With apologies to Ian Morris
Why is it that the modern world is dominated by the interests of Chinese and East Asian civilizations, and not by, say, an Ottoman civilization, or a Venetian one? The very question might seem absurd. But as I will argue, were it not for a quirk of geography, it’s possible that history could have turned out very differently.
During the 1100s, the Song Dynasty approached the “Hard Ceiling” of social development around 43 points – the maximum level of social development that can be supported by large agrarian empires. An external observer might have predicted at this point that the Song Dynasty would follow the path of the Romans when they encountered the Hard Ceiling after around AD 200: decline and fall. Indeed, it’s true that China’s vast rice-fields were pushing up against the limits of how much food could be produced by cultivation with merely human and animal muscle-power. Lacking any way to further intensify their agricultural output, the Song Dynasty’s economic output could have stagnated, and conflict with the Mongols might have proved just as devastating as the barbarian invasions which ended civilization in the Mediterranean seven centuries earlier.
The Industrial Revolution
But in reality, the Song Dynasty was able to break through the Hard Ceiling, beat back the Mongol threat, and push on to levels of social development unprecedented anywhere on Earth. The “industrial revolution” was a chain reaction of developments so overwhelmingly important that it makes a mockery of all the history we have discussed so far – in the centuries following 1100, social development rises so high that, when graphed in Figure 5, it reduces all the strife and drama of previous eras to a barely-perceptible squiggle hovering just slightly above the X-axis.
Why did the Song succeed, where the Romans failed? We’ve discussed the various “long-term lock-in” theories purporting that Asian civilization was inherently superior to Western – But this can’t be the correct explanation, since Western Social Development was well ahead of Eastern all the way up until Roman collapse in the 400s. Rather, in the end, it all comes down to geography. The Song were able to accomplish what the Romans could not, because they had access to a resource that the Romans never did: abundant supplies of Uranium ore.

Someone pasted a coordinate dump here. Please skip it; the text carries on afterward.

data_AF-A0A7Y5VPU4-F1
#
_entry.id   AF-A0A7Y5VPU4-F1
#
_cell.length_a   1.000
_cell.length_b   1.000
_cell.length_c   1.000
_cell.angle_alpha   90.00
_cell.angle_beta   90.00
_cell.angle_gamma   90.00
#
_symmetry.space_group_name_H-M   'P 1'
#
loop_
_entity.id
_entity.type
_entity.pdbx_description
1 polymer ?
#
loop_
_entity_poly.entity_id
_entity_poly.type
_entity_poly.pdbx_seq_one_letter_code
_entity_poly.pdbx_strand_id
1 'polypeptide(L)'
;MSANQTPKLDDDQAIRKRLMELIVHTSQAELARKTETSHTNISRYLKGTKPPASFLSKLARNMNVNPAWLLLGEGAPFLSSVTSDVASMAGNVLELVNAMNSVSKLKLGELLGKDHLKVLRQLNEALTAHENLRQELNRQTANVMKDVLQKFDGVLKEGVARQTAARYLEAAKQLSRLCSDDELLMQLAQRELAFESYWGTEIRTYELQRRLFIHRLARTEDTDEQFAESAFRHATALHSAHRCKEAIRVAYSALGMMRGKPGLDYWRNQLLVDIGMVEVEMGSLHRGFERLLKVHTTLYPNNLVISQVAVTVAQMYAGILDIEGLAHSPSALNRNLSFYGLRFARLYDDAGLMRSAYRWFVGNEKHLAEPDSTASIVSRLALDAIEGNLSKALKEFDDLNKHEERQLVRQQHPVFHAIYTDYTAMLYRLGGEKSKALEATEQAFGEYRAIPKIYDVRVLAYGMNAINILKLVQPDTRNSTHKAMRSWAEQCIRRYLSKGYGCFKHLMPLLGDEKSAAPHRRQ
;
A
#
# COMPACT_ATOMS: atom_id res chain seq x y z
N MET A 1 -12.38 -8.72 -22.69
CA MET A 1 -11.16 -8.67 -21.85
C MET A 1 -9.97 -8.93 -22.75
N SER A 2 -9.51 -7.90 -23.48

The Power of the Atom
It was Uranium ore, heaped into crude piles and controlled by plunging in great wooden beams as control rods, which boiled water and fed a system of centralized steam power for the great metropolis of Kaifeng. Heat from the steam warmed the many houses of the metropolis – thus freed from the need to consume prodigious amounts of coal and charcoal each winter, people repurposed these “fossil fuels” as fertilizer for the fields, boosting agricultural output. Steam power could also be use to mechanize the city’s industrial activities. Huge workshops sprang up everywhere, taking advantage of steam-powered mechanization and the new high-temperature metalworking enabled by Uranium ore. One hundred years later, Song Dynasty canons forged in the foundries of Kaifeng would finally put an end to the hordes of Kublai Khan.
By 1300, Social Development in the Eastern Core had soared to almost 200 points. Things in the West had also improved, but much more slowly. To make matters worse, they were running out of time. Over the next hundred years, Europe would be wracked by the characteristic horsemen of the apocalypse: climate change brought on by the end of the Medieval Warm Period, pestilence in the form of the Black Death, state collapse and migration triggered by steppe invasions.
Is there any way that the Western Core could have escaped this fate? Unfortunately, for all the glories of Italian and Middle Eastern civilization, the Western Core had been dealt a terribly unlucky hand in terms of natural resources. Infamously, Europe is almost entirely bereft of Uranium deposits.
Some scholars argue that Uranium, although it is probably the best, isn’t the ONLY energy source capable of fueling an industrial revolution. They point to the coalfields of Northern Europe, and the oilfields of the Middle East, as possible alternatives – a “fossil-fueled” industrial revolution. Due to their much lower energy densities, hypothetical European coal-powered steamships would have to have been much smaller and would need constant refueling. No coal-powered ship could have matched Zeng He’s massive atomic dreadnoughts, which cruised across the Pacific Ocean to discover the New World in 1421. But the distance between Western Europe and the east coast of the New World is only about half the distance that Zeng He travelled. Is it possible that, with the right run of good luck and wise decisions, the Arsenal of Venice could have sparked a “fossil-fueled” industrial revolution in the Western Core, to match the atomic industrial revolution in the East? Perhaps. But was it likely? Certainly not.